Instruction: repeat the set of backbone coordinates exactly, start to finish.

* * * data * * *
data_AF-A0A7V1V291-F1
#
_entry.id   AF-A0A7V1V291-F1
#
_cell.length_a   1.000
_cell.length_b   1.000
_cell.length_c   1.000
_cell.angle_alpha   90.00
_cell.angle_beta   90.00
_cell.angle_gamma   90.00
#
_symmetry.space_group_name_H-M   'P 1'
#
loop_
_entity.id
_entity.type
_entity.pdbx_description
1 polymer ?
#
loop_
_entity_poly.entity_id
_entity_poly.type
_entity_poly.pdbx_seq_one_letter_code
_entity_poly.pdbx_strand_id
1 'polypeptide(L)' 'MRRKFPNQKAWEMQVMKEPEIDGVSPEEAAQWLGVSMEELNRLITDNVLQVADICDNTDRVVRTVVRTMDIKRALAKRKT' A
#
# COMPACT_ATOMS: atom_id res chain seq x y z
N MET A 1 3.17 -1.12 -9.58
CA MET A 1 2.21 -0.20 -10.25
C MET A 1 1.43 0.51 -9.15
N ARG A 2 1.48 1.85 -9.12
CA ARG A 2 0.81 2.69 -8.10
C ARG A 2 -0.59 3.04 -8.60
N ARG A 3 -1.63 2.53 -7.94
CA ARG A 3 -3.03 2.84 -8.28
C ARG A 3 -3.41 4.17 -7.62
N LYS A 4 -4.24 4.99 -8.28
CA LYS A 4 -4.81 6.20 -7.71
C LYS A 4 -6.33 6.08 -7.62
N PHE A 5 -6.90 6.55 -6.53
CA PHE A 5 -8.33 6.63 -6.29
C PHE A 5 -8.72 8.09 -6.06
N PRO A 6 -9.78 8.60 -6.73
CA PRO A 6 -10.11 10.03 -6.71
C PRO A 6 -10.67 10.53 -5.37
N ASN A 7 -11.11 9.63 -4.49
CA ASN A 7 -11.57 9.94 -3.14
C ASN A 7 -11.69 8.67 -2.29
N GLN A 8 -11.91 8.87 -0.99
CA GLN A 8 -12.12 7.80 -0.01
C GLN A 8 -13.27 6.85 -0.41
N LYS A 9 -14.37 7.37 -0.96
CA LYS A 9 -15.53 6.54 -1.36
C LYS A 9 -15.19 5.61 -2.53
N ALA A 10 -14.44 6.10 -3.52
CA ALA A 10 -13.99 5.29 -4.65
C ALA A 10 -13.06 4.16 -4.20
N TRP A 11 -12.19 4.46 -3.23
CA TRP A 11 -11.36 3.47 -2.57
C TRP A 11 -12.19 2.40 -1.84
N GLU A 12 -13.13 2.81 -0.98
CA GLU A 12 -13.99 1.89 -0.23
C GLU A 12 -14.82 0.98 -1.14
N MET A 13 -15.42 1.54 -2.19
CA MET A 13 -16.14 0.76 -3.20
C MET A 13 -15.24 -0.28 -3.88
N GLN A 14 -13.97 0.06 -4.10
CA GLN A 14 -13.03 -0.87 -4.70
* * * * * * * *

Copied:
data_AF-A0A7V1V291-F1
#
_entry.id   AF-A0A7V1V291-F1
#
_cell.length_a   1.000
_cell.length_b   1.000
_cell.length_c   1.000
_cell.angle_alpha   90.00
_cell.angle_beta   90.00
_cell.angle_gamma   90.00
#
_symmetry.space_group_name_H-M   'P 1'
#
loop_
_entity.id
_entity.type
_entity.pdbx_description
1 polymer ?
#
loop_
_entity_poly.entity_id
_entity_poly.type
_entity_poly.pdbx_seq_one_letter_code
_entity_poly.pdbx_strand_id
1 'polypeptide(L)' 'MRRKFPNQKAWEMQVMKEPEIDGVSPEEAAQWLGVSMEELNRLITDNVLQVADICDNTDRVVRTVVRTMDIKRALAKRKT' A
#
# COMPACT_ATOMS: atom_id res chain seq x y z
N MET A 1 3.17 -1.12 -9.58
CA MET A 1 2.21 -0.20 -10.25
C MET A 1 1.43 0.51 -9.15
N ARG A 2 1.48 1.85 -9.12
CA ARG A 2 0.81 2.69 -8.10
C ARG A 2 -0.59 3.04 -8.60
N ARG A 3 -1.63 2.53 -7.94
CA ARG A 3 -3.03 2.84 -8.28
C ARG A 3 -3.41 4.17 -7.62
N LYS A 4 -4.24 4.99 -8.28
CA LYS A 4 -4.81 6.20 -7.71
C LYS A 4 -6.33 6.08 -7.62
N PHE A 5 -6.90 6.55 -6.53
CA PHE A 5 -8.33 6.63 -6.29
C PHE A 5 -8.72 8.09 -6.06
N PRO A 6 -9.78 8.60 -6.73
CA PRO A 6 -10.11 10.03 -6.71
C PRO A 6 -10.67 10.53 -5.37
N ASN A 7 -11.11 9.63 -4.49
CA ASN A 7 -11.57 9.94 -3.14
C ASN A 7 -11.69 8.67 -2.29
N GLN A 8 -11.91 8.87 -0.99
CA GLN A 8 -12.12 7.80 -0.01
C GLN A 8 -13.27 6.85 -0.41
N LYS A 9 -14.37 7.37 -0.96
CA LYS A 9 -15.53 6.54 -1.36
C LYS A 9 -15.19 5.61 -2.53
N ALA A 10 -14.44 6.10 -3.52
CA ALA A 10 -13.99 5.29 -4.65
C ALA A 10 -13.06 4.16 -4.20
N TRP A 11 -12.19 4.46 -3.23
CA TRP A 11 -11.36 3.47 -2.57
C TRP A 11 -12.19 2.40 -1.84
N GLU A 12 -13.13 2.81 -0.98
CA GLU A 12 -13.99 1.89 -0.23
C GLU A 12 -14.82 0.98 -1.14
N MET A 13 -15.42 1.54 -2.19
CA MET A 13 -16.14 0.76 -3.20
C MET A 13 -15.24 -0.28 -3.88
N GLN A 14 -13.97 0.06 -4.10
CA GLN A 14 -13.03 -0.87 -4.70